snipped-for-privacy@wt.net (Chris North) wrote in message

I need help in finding some information on tempering. The application is tempering Cr-Mo steels, ... and section sizes are
small enough that transformation to martensite is achieved fully.
What I need is a way to predict final hardness based on tempering
time and temperatures. The object is to minimize the time and still
achieve acceptable hardness (as well as tensile and impact)
properties.
From school, I remember Larsen-Miller relationship P=T*(log(t)+C), but
this was years ago and my old texts were lost over the years and all I
can recall is the equation and not how to use it. Are there any
better correlations out there? Maybe one based on chemistry? Any
help would be appreciated.
Thanks,

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Chris:

You're more than halfway there since you remembered there is an equation. If I recall correctly, Larson and Miller borrowed the tempering parameter from Hollomon and Jaffee.

The tempering parameter, P is defined by the equation P = T*(A + log(t)) where T is the absolute temperature in Kelvin, t is the time in hours, and A is a constant about twenty. Hardness (or yield or tensile strength) is supposed to depend on P. So, for the same steel a series of points at equal time and different temperatures could be used to develop a master curve.

G. Krauss's book STEELS: Heat Treatment and Processing Principles, ASM International, 1990 discusses the tempering parameter on pages 215-216.

Use of the tempering parameter is discussed in more detail in the older book Ferrous Metallurgical Design by J. H. Hollomon and L. D. Jaffe, Wiley & Sons, New York, 1947 They say that the constant A depends linearly on carbon content, with A = 21.1875 - 5.625*(%C) For short soak times you may need to get fancier and include the heatup. You have to integrate. I vaguely recall that S.L. Semiatin showed how to do this in another ASM book on induction heat treating. For modified 4130 steels with 1%Cr, 0.75%Mo and 0.025% Nb containing 0.15% to 0.37% carbon, and A varying with carbon content as previously shown, the yield strength in MPa depends on P as (see p. 364 of Hydrogen Effects in Metals, Met Soc. AIME, Warrendale, 1981):

YS(MPa) = 23168 - 2198

Pittsburgh Pete

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I need help in finding some information on tempering. The application is tempering Cr-Mo steels, ... and section sizes are

----------------------------------------------------------

Chris:

You're more than halfway there since you remembered there is an equation. If I recall correctly, Larson and Miller borrowed the tempering parameter from Hollomon and Jaffee.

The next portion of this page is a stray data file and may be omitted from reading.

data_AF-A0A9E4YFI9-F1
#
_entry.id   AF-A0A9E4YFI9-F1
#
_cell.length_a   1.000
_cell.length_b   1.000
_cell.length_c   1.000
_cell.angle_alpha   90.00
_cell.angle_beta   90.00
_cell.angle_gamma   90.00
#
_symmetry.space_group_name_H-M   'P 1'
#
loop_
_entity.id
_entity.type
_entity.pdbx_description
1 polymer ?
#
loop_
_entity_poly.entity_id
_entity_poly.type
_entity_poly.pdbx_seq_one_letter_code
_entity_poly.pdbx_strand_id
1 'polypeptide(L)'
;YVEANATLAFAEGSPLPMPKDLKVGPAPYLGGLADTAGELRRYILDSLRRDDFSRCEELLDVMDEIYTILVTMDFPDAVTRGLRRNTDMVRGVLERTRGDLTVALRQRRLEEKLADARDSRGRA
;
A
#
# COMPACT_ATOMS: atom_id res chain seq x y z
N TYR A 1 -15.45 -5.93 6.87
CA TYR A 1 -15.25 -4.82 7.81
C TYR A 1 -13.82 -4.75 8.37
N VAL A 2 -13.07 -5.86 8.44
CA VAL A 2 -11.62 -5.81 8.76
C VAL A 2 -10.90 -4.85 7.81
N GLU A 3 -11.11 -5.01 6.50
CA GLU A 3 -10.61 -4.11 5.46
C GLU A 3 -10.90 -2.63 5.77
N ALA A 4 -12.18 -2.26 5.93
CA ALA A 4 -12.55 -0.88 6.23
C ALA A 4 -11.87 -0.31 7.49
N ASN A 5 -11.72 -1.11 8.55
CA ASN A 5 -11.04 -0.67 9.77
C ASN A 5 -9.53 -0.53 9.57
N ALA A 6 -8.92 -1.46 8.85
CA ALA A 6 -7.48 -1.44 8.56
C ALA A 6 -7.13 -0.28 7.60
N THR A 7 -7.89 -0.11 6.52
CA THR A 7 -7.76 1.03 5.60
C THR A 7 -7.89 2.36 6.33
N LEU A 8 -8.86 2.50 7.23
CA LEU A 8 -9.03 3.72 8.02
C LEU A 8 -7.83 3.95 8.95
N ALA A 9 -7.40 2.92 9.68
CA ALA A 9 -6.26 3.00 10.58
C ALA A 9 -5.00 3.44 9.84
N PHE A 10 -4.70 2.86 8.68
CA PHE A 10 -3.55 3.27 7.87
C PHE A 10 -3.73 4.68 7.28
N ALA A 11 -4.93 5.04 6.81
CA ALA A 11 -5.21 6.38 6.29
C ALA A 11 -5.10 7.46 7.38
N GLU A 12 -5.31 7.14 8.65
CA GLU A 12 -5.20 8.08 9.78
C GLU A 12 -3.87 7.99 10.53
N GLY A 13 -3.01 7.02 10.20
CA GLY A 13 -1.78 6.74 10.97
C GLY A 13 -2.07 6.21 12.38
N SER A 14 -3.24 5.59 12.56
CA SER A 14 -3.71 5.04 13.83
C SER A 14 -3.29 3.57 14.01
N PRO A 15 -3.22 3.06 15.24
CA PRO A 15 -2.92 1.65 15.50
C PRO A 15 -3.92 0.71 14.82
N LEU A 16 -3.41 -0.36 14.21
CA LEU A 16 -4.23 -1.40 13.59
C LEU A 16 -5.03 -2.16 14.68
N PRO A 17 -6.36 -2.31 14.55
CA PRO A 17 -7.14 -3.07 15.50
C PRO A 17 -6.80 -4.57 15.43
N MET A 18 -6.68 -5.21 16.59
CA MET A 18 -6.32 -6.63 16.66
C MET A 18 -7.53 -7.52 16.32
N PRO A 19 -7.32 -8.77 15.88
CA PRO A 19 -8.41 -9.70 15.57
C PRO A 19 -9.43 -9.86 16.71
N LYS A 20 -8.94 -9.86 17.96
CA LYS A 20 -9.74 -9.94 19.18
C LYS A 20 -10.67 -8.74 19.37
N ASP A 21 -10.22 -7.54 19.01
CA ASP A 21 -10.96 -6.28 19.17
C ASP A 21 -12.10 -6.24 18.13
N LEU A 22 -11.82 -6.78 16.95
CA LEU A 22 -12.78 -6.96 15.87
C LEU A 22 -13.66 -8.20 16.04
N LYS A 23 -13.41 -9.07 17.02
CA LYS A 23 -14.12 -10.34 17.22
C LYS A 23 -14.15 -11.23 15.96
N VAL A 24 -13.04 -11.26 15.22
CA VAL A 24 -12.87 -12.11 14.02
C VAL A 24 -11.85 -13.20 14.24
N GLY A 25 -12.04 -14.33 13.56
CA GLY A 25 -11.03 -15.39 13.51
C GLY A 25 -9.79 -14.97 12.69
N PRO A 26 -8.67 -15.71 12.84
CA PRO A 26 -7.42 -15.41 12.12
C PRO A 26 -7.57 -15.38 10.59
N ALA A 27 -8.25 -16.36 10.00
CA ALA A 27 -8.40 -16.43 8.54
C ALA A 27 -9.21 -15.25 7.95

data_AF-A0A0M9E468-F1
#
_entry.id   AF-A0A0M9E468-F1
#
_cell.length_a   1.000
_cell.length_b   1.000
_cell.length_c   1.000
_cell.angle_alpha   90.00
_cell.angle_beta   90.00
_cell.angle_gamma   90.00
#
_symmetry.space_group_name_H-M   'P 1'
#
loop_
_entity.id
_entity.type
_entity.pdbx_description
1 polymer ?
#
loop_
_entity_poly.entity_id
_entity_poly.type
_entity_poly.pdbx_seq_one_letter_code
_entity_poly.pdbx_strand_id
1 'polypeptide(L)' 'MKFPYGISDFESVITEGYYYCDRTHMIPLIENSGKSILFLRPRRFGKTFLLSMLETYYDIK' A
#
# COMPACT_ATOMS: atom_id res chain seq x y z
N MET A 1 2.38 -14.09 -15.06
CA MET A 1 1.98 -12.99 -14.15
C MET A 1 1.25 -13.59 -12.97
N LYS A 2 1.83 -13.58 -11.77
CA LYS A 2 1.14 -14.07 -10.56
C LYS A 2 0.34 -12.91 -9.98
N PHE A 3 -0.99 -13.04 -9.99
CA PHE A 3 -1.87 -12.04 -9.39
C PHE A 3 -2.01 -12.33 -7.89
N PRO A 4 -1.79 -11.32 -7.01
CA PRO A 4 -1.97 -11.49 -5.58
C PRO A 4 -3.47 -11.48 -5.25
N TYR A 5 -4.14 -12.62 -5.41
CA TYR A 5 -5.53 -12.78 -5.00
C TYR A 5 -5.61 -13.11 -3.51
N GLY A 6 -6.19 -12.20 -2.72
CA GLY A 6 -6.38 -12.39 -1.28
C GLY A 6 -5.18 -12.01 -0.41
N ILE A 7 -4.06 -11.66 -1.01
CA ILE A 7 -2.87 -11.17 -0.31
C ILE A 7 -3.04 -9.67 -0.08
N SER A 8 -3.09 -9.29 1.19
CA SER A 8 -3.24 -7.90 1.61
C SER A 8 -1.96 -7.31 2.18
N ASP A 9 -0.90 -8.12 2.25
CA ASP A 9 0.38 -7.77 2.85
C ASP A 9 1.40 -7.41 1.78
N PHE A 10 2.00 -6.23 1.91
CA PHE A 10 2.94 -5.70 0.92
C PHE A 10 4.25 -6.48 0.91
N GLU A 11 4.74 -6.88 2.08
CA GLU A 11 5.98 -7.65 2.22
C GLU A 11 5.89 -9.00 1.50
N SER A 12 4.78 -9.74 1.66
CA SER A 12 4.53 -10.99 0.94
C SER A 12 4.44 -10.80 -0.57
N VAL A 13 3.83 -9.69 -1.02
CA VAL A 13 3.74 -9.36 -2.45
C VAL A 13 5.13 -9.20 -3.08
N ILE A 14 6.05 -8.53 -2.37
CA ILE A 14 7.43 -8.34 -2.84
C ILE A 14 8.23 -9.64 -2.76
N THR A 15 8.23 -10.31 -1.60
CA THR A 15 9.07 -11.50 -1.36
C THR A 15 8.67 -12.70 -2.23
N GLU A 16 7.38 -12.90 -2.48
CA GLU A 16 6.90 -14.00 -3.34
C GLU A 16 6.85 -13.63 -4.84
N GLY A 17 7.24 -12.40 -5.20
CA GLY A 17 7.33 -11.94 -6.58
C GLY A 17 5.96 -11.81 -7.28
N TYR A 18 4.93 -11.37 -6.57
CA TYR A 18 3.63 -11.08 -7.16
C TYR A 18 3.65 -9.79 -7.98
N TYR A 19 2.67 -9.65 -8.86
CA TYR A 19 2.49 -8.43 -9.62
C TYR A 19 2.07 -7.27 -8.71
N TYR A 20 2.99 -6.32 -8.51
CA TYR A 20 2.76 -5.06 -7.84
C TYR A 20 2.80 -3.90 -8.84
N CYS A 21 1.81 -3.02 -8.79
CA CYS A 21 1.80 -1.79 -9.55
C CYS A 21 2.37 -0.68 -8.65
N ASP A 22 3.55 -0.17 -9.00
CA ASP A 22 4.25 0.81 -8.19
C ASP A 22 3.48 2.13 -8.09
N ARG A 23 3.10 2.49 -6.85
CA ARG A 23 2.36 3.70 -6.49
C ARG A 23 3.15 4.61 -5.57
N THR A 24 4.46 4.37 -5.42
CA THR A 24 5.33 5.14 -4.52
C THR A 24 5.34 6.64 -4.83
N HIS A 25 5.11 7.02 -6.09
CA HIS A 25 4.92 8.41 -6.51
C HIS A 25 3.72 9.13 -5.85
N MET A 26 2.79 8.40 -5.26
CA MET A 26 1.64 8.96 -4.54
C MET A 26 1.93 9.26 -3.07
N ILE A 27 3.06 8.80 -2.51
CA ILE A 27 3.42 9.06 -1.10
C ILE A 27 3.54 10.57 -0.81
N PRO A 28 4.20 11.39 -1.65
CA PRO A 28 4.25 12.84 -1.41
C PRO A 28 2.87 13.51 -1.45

The tempering parameter, P is defined by the equation P = T*(A + log(t)) where T is the absolute temperature in Kelvin, t is the time in hours, and A is a constant about twenty. Hardness (or yield or tensile strength) is supposed to depend on P. So, for the same steel a series of points at equal time and different temperatures could be used to develop a master curve.

G. Krauss's book STEELS: Heat Treatment and Processing Principles, ASM International, 1990 discusses the tempering parameter on pages 215-216.

Use of the tempering parameter is discussed in more detail in the older book Ferrous Metallurgical Design by J. H. Hollomon and L. D. Jaffe, Wiley & Sons, New York, 1947 They say that the constant A depends linearly on carbon content, with A = 21.1875 - 5.625*(%C) For short soak times you may need to get fancier and include the heatup. You have to integrate. I vaguely recall that S.L. Semiatin showed how to do this in another ASM book on induction heat treating. For modified 4130 steels with 1%Cr, 0.75%Mo and 0.025% Nb containing 0.15% to 0.37% carbon, and A varying with carbon content as previously shown, the yield strength in MPa depends on P as (see p. 364 of Hydrogen Effects in Metals, Met Soc. AIME, Warrendale, 1981):

YS(MPa) = 23168 - 2198

***P + 53.519***P*PPittsburgh Pete

INFAMOUS USS DISCLAIMER

Note: It is understood that this material is intended for general information only and should not be used in relation to any specific application without independent examination and verification of its applicability and suitability by professionally qualified personnel. Those making use thereof or relying thereon assume all risk and liability arising from such use or reliance.

ENGLISH TRANSLATION OF DISCLAIMER

We don't believe what we write, and neither should you. Information furnished to you is for topical (external) use only. This information may not be worth any more than either a groundhog turd, or what you paid for it (nothing). The author may not even have been either sane or sober when he wrote it down. Don't worry, be happy.